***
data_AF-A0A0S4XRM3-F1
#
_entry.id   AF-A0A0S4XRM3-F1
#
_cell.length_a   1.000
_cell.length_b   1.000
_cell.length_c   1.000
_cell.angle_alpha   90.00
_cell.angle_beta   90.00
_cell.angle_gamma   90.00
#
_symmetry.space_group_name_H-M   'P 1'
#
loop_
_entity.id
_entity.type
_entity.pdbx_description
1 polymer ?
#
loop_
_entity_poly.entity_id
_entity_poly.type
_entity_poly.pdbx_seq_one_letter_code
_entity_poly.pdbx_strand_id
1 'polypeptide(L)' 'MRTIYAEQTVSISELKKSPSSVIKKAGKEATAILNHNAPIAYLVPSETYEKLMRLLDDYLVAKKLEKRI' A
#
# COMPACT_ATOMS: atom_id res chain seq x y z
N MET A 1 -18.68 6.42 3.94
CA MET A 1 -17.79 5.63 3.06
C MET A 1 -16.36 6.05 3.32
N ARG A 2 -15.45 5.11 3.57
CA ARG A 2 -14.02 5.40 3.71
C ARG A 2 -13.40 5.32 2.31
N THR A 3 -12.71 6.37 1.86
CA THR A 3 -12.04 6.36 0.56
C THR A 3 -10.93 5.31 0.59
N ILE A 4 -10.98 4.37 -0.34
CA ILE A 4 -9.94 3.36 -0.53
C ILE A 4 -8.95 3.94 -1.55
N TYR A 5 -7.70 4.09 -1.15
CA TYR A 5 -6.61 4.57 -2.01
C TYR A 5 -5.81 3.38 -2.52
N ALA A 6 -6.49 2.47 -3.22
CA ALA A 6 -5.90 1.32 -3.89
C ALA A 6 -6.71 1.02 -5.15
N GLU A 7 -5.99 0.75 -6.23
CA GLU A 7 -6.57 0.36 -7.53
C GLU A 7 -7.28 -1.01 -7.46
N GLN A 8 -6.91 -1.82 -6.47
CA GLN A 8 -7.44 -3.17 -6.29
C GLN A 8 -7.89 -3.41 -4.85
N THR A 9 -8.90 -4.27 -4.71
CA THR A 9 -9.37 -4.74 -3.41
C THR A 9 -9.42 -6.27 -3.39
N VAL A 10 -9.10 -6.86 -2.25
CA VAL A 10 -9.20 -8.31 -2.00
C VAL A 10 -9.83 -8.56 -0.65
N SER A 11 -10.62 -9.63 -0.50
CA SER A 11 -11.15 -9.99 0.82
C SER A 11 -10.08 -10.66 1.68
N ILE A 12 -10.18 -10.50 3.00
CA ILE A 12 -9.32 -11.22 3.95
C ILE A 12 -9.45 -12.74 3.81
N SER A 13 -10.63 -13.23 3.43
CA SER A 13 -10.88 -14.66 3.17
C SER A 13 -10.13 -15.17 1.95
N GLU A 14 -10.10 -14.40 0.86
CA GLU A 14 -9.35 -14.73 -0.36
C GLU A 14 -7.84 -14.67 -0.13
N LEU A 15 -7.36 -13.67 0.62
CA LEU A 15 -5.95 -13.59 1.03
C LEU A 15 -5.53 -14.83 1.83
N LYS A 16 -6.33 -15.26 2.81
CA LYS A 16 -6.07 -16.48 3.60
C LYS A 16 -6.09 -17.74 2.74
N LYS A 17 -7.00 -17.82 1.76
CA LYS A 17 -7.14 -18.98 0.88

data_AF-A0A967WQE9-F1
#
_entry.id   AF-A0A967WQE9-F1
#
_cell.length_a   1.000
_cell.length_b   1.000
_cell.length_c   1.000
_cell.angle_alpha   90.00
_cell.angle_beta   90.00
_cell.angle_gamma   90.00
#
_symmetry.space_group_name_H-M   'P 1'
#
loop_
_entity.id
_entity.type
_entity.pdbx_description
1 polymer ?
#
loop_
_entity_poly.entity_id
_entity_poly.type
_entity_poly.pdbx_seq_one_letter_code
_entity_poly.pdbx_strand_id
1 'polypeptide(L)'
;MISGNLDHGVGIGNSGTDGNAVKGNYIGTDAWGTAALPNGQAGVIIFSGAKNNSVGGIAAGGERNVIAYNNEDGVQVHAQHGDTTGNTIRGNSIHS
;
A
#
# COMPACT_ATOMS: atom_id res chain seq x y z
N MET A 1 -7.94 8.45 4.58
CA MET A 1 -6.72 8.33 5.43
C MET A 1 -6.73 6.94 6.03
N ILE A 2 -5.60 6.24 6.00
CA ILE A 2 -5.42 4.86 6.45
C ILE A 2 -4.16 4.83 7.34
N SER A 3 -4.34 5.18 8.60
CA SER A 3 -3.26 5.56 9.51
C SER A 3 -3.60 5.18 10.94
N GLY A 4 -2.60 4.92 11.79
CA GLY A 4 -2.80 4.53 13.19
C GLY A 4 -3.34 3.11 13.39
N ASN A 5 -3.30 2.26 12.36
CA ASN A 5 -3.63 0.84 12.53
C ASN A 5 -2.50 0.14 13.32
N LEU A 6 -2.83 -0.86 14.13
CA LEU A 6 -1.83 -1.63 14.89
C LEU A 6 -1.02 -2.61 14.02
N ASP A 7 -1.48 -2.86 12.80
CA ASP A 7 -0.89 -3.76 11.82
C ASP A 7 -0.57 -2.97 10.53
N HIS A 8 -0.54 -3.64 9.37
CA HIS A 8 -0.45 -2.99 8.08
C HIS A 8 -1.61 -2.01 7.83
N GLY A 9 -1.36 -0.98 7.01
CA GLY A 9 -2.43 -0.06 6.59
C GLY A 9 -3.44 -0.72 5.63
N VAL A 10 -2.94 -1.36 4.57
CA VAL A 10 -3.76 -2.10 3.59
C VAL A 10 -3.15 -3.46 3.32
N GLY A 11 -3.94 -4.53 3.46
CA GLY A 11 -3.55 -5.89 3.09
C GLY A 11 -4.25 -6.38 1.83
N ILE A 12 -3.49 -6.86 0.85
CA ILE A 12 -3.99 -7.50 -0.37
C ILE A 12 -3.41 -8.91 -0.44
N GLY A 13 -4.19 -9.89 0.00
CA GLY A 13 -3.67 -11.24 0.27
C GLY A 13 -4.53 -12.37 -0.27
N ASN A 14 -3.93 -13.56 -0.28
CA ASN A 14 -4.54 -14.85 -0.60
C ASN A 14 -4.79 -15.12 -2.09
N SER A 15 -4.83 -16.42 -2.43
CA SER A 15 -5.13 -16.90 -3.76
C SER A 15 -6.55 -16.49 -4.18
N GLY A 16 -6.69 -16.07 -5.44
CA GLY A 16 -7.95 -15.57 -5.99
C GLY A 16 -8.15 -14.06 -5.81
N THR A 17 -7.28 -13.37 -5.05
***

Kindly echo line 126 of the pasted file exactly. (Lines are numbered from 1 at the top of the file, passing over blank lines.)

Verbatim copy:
N ASP A 7 -1.48 -2.86 12.80